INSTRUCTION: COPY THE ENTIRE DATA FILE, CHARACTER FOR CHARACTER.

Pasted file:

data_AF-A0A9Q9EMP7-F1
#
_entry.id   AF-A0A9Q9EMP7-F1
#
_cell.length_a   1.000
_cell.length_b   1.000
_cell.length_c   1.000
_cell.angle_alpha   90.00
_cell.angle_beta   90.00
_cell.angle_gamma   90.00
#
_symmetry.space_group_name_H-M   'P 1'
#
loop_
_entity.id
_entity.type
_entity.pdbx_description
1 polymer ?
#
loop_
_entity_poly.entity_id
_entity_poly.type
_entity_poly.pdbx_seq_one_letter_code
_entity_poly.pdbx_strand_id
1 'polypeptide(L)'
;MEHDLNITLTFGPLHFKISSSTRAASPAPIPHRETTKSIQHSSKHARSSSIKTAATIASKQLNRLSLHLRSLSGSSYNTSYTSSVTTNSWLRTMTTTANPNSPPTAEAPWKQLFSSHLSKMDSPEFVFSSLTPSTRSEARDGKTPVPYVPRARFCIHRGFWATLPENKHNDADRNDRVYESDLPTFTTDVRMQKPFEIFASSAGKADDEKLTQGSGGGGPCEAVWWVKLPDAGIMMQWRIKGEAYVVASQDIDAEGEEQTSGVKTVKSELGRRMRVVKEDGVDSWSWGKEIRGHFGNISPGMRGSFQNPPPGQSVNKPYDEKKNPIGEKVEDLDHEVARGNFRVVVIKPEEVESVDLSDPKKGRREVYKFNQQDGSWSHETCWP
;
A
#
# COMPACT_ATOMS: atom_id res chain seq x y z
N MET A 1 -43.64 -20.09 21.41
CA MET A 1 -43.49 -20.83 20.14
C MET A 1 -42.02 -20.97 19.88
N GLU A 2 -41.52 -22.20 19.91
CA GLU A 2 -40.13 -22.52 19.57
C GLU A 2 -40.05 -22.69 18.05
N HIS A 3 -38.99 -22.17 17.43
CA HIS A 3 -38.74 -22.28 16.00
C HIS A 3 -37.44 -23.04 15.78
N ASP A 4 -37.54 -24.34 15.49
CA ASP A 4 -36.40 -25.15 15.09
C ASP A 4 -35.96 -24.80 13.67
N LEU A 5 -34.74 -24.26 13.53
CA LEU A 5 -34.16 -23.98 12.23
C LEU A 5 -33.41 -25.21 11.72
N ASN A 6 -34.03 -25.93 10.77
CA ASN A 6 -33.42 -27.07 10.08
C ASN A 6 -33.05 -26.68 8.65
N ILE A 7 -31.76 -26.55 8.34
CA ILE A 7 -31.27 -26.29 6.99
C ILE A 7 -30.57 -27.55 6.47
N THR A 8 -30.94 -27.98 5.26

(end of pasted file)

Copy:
data_AF-A0A9Q9EMP7-F1
#
_entry.id   AF-A0A9Q9EMP7-F1
#
_cell.length_a   1.000
_cell.length_b   1.000
_cell.length_c   1.000
_cell.angle_alpha   90.00
_cell.angle_beta   90.00
_cell.angle_gamma   90.00
#
_symmetry.space_group_name_H-M   'P 1'
#
loop_
_entity.id
_entity.type
_entity.pdbx_description
1 polymer ?
#
loop_
_entity_poly.entity_id
_entity_poly.type
_entity_poly.pdbx_seq_one_letter_code
_entity_poly.pdbx_strand_id
1 'polypeptide(L)'
;MEHDLNITLTFGPLHFKISSSTRAASPAPIPHRETTKSIQHSSKHARSSSIKTAATIASKQLNRLSLHLRSLSGSSYNTSYTSSVTTNSWLRTMTTTANPNSPPTAEAPWKQLFSSHLSKMDSPEFVFSSLTPSTRSEARDGKTPVPYVPRARFCIHRGFWATLPENKHNDADRNDRVYESDLPTFTTDVRMQKPFEIFASSAGKADDEKLTQGSGGGGPCEAVWWVKLPDAGIMMQWRIKGEAYVVASQDIDAEGEEQTSGVKTVKSELGRRMRVVKEDGVDSWSWGKEIRGHFGNISPGMRGSFQNPPPGQSVNKPYDEKKNPIGEKVEDLDHEVARGNFRVVVIKPEEVESVDLSDPKKGRREVYKFNQQDGSWSHETCWP
;
A
#
# COMPACT_ATOMS: atom_id res chain seq x y z
N MET A 1 -43.64 -20.09 21.41
CA MET A 1 -43.49 -20.83 20.14
C MET A 1 -42.02 -20.97 19.88
N GLU A 2 -41.52 -22.20 19.91
CA GLU A 2 -40.13 -22.52 19.57
C GLU A 2 -40.05 -22.69 18.05
N HIS A 3 -38.99 -22.17 17.43
CA HIS A 3 -38.74 -22.28 16.00
C HIS A 3 -37.44 -23.04 15.78
N ASP A 4 -37.54 -24.34 15.49
CA ASP A 4 -36.40 -25.15 15.09
C ASP A 4 -35.96 -24.80 13.67
N LEU A 5 -34.74 -24.26 13.53
CA LEU A 5 -34.16 -23.98 12.23
C LEU A 5 -33.41 -25.21 11.72
N ASN A 6 -34.03 -25.93 10.77
CA ASN A 6 -33.42 -27.07 10.08
C ASN A 6 -33.05 -26.68 8.65
N ILE A 7 -31.76 -26.55 8.34
CA ILE A 7 -31.27 -26.29 6.99
C ILE A 7 -30.57 -27.55 6.47
N THR A 8 -30.94 -27.98 5.26